AMY GUTTMAN, PBS NEWSHOUR WEEKEND: An hour’s drive from Jordan’s capital of Amman, this family-owned pastry shop, called Farouk Sweets, looks like a typical Middle Eastern bakery. Customers stock up on pastries for the weekend.
In the back, five bakers are busy filling large wedding orders.
What’s unusual is that this shop is inside Zaatari, the largest Syrian refugee camp in the world, spread over three square miles of desert.
Opened by the Jordanian government and the United Nations in 2012, Zaatari lies just across the border with Syria. Eighty thousand people used to live in tents and now live in shelters made from corrugated metal containers called “caravans.”
Refugees thought they would be here a week, maybe a month. No one imagined that stay would turn into five years and counting. Even though, for many, home is less than ten miles away, refugees have had to recreate their lives here.
That means, for many, opening up small businesses, just like they did back home. The pastry shop is one of three-thousand businesses inside the camp. Many line the main road.
There’s a supermarket, a pizza place, a falafel stand, a gardening shop, and a store to rent bridal gowns. Abuelmena’em Abu Hesenih and his four brothers own Farouk Sweets.
ABUELMENA’EM ABU HESENIH, SYRIAN REFUGEE: There is good opportunity to work here. Thursday, Friday and Monday are busiest, because at that time they’re celebrating weddings.
AMY GUTTMAN: His family abandoned their chain of bakeries when they fled their besieged hometown of Daraa, in southern Syria. Two-thirds of the refugees in Zaatari are from there. Abu Hesenih and some two-dozen relatives have opened four shops inside the camp. Their business is about financial and psychological survival.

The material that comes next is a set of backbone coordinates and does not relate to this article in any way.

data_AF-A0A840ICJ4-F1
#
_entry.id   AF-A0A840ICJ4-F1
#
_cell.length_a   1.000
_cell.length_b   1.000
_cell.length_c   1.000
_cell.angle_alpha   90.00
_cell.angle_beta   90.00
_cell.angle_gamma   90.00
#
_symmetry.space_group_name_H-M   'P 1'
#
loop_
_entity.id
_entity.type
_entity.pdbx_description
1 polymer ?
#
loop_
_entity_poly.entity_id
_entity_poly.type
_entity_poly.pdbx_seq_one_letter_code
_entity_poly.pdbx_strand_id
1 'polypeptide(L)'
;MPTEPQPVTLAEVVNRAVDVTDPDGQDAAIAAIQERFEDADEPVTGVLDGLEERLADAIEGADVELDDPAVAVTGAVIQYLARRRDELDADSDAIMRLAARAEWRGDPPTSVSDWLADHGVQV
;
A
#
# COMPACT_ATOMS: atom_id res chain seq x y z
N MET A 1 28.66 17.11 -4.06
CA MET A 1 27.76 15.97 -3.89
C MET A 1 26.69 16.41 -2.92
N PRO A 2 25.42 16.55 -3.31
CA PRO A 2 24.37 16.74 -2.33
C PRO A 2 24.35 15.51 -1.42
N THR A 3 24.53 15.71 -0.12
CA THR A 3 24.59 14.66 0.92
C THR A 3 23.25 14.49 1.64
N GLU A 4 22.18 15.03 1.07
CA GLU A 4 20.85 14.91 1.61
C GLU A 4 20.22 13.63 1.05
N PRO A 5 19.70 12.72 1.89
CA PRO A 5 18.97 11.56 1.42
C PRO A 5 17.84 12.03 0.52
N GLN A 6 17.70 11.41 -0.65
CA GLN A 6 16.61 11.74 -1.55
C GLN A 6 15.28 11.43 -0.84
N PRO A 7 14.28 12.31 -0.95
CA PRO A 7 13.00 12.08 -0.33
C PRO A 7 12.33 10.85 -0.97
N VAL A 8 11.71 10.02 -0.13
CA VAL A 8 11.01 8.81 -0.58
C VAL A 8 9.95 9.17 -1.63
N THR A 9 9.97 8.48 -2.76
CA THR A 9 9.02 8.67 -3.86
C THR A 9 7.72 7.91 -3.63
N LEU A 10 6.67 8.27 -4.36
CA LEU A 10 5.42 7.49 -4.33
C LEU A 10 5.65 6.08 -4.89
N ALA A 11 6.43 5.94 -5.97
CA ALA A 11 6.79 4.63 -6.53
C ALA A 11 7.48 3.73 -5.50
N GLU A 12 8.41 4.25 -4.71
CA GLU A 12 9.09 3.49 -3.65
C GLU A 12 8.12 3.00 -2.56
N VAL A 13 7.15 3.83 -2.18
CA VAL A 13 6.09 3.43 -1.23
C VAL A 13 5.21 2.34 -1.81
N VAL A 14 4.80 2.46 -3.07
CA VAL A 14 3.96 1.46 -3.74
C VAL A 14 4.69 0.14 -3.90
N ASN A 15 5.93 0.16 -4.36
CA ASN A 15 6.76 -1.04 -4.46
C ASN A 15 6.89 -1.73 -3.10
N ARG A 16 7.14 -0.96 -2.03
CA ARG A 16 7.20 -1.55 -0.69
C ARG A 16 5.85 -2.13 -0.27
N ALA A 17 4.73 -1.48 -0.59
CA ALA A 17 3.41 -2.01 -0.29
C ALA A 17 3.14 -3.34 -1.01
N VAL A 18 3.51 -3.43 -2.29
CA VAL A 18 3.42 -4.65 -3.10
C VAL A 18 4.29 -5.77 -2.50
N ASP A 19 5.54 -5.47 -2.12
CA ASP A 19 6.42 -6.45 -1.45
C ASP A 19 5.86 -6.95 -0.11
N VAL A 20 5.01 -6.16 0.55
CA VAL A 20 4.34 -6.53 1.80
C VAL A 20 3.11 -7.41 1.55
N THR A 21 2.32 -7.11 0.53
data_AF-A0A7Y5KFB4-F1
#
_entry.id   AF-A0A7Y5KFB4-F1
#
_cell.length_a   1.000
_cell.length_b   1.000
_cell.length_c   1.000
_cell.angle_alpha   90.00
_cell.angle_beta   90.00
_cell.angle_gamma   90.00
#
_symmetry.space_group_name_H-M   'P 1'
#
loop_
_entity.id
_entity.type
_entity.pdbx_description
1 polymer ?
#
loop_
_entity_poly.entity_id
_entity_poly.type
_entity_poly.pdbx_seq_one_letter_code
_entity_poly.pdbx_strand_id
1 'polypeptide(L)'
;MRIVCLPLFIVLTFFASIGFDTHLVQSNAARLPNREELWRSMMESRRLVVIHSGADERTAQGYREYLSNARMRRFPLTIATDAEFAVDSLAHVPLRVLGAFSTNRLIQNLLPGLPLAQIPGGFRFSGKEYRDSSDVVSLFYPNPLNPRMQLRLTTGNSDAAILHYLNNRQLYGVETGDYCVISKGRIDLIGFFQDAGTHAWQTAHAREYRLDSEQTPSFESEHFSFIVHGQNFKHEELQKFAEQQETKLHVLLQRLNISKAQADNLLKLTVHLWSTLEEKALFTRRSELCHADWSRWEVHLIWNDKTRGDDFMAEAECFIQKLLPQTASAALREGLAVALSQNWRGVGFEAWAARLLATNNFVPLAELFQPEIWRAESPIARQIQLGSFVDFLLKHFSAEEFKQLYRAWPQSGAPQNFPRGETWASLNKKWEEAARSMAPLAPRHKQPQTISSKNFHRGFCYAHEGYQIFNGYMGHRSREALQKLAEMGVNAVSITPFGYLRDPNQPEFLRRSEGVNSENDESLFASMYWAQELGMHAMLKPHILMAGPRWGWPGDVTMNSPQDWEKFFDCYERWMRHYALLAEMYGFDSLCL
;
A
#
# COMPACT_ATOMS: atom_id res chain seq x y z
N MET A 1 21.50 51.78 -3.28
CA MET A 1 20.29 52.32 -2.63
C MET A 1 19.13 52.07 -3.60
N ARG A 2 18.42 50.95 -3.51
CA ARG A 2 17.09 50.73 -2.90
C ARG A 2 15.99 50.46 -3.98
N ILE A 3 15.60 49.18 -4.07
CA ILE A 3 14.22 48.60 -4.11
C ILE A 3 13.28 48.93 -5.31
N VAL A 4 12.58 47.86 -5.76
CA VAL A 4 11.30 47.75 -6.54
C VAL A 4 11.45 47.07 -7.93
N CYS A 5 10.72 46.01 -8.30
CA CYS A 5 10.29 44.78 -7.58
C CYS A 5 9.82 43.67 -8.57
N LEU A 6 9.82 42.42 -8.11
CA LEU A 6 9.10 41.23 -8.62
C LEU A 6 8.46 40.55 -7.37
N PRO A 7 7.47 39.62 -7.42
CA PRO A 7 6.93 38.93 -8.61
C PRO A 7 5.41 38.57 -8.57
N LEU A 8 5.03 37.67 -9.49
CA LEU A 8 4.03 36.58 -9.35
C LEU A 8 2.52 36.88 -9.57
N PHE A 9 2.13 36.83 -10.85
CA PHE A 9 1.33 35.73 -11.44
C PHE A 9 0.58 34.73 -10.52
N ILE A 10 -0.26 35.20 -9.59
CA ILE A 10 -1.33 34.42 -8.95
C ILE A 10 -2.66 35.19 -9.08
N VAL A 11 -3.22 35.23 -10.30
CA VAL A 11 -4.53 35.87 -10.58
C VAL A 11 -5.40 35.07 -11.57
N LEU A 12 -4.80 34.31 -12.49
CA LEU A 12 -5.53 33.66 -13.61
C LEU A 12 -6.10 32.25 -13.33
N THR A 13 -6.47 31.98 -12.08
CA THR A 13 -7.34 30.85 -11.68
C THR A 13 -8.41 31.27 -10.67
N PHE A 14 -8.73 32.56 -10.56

ABUELMENA’EM ABU HESENIH: We get up every morning at 6 o’clock to escape the situation we’re in. we have to work.
AMY GUTTMAN: There’s a long history of trade between Jordanians and Syrians, cemented by strong family ties. Jordanians have partnered with Syrian refugees providing them credit and wholesale supplies to start over.
In addition to whatever funds they brought with them, the UN provides refugees vouchers to pay for cooking and heating gas, as well as 28-dollars a month per person to pay for food which adds up to 140 dollars a month for a family of five.
That money helps refugees buy products from shops in the camp. The most popular, attract local customers from nearby towns. Some Jordanian partners are even exporting goods produced in the camp.
ABU HESENIH, BAKER: Jordanians, they come and buy from here. Taxi drivers pick up sweets to take outside, and all the Syrians that live outside the camp, for weddings, they make orders and pick up their sweets from here.
AMY GUTTMAN: According to the UN, businesses inside Zaatari generate $13 million a month for the refugees and the Jordanians they do business with.
Mohammed Khaer Al Jokadar opened a barber shop in the camp two years ago to support himself and 14 relatives who fled Syria with him.
MOHAMMED KHAER AL-JOKADAR, SYRIAN REFUGEE: Ever since it opened, I’ve had customers. And business has been okay. Nobody can go without a haircut. It’s like water and food.
AMY GUTTMAN: Al Jokadar and his family are from Homs, previously Syria’s third largest city.
MOHAMMED KHAER AL-JOKADAR: Our house was destroyed. so for us, we have nothing left in Syria .
AMY GUTTMAN: Initially, Al Jokader and his family settled in Amman four years ago. But, he couldn’t work legally outside the camp then, so he moved to Zaatari, where there’s free electricity and housing and better opportunities to use his skills.
MOHAMMED KHAER AL-JOKADAR: We need to generate an income in the camp, you can make some money.
AMY GUTTMAN: The UN also pays some refugees to do jobs around the camp. Al Jokader paints murals on caravans.
Beyond the camps, in Jordan’s cities, the government has loosened employment restrictions on refugees and is investing in industries Syrians are skilled in — construction, agriculture, and manufacturing.
And, technology. Oasis 500, a Jordanian company that mentors and invests in tech startups, has recruited Syrian entrepreneurs to come to Jordan and participate in their mentoring program.